Q. Tell me a bit about your career path.
A. Right after my undergraduate degree, I found myself volunteering internationally in Trujillo, Peru in 2004. After my volunteer time ended, I began teaching ESL at Instituto Cultural Peruano Norteamericano, an institute with the mission of promoting cultural ties between Peru and the United States. I held that position for about 9 months before I left the institution and began giving private English lessons in a smaller nearby beach community.
I came back to the U.S. after 14 months in Peru and was hired to fill in for a teen service trip outfitter. We had one program in Peru and another program in the Dominican Republic. I then found myself hired as an ESL teacher at a non-profit International University in Denver, Colorado.
My most recent position was In-country Director/Volunteer Coordinator for a U.K.-based responsible travel company in Cusco, Peru. We placed travelers with internships and volunteer opportunities in areas such as environmental conservation, social work, marketing, and health and nutrition.
Q. What are you up to these days?
A. I'm in the preliminary stages of developing study abroad programs in Colombia. Through my contacts in Latin America, I’ll travel to the region in late May. First, I will be in Ecuador to attend a seminar on developing International Service-Learning curriculum. Then I’ll depart for Colombia to meet with potential partners, such as educators, NGO's, security experts, journalists, recreational outfitters/tour guides and a handful of other people I've been corresponding with for a long time.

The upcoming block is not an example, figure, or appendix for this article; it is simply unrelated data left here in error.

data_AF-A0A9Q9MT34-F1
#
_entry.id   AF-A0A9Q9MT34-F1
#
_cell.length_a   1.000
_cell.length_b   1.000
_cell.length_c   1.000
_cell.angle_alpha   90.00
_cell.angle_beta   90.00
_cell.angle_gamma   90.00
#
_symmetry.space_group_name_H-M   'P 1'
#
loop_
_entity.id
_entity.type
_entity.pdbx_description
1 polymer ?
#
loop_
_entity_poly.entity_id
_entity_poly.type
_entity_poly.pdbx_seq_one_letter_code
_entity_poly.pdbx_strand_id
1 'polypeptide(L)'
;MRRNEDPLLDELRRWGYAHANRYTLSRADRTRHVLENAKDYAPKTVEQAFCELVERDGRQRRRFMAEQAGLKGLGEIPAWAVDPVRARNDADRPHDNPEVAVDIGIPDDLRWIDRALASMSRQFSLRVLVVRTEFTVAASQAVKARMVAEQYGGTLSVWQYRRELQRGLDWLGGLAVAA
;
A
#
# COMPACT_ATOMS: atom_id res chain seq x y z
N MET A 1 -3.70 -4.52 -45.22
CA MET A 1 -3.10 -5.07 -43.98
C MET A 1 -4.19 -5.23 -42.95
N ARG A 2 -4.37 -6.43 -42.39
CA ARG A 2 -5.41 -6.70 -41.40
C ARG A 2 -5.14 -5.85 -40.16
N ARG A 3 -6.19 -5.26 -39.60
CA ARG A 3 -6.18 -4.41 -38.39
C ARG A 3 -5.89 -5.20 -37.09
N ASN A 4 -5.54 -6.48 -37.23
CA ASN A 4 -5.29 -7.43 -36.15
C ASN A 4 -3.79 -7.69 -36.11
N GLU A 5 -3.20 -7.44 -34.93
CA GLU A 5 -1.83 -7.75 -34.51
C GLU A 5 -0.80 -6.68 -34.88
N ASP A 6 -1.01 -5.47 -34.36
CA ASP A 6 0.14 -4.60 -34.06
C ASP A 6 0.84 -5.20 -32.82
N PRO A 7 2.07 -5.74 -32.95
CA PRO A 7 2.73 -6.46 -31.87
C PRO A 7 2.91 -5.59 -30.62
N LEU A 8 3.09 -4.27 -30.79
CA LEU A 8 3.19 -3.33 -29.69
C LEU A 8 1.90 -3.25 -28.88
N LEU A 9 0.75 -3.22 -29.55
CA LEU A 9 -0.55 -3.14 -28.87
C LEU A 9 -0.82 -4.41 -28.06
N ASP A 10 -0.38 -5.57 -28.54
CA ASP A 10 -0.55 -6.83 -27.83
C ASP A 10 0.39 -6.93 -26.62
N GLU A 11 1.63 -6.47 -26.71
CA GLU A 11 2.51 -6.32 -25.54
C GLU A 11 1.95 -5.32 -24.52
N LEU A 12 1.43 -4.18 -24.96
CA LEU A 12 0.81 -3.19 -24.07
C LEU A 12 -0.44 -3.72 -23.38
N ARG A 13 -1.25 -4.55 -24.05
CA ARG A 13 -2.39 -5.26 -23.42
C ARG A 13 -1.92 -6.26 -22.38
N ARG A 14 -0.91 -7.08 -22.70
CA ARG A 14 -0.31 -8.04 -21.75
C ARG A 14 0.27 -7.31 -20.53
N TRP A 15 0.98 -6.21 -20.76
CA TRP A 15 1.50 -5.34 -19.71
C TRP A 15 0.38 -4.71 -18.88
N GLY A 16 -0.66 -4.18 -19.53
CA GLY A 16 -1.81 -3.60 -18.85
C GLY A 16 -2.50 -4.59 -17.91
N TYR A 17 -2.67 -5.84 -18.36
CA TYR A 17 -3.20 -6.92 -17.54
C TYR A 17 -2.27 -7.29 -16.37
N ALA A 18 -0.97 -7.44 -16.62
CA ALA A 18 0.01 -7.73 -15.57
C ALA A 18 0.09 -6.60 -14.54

Q. Why Colombia?
A. I'm starting small, with the single country (my place of birth), of Colombia, as I want to be able to dedicate all my efforts and energy to this single project. Colombia is such a unique country with so much to be taken in. I think when people think of South America and travel, perhaps they think of the more common destinations: Ecuador, Peru, Argentina. Or perhaps tend to lump all of South America together. Paint it all with a broad brush stroke; I know I did until I went on to live there later on in my life and really see, despite a lot of these countries sharing a common language of Spanish, just in fact how different they are. Colombia has long been mired in conflict and turmoil. And even today, with popular culture, it can't seem to shake it’s mysterious past. But big, very promising things are emerging in the country. From promising peace dialogues, to very large scale educational initiatives, Colombia is set to take off. Add on to that, just the culture, whether it be the Cafeteros (National Football Team) dancing at the matches, the archaeological sites, to pristine natural landscapes of the Andes Mountains to the Amazon, I feel Colombia is deserving to be discovered. I hope to help facilitate that, through my programs.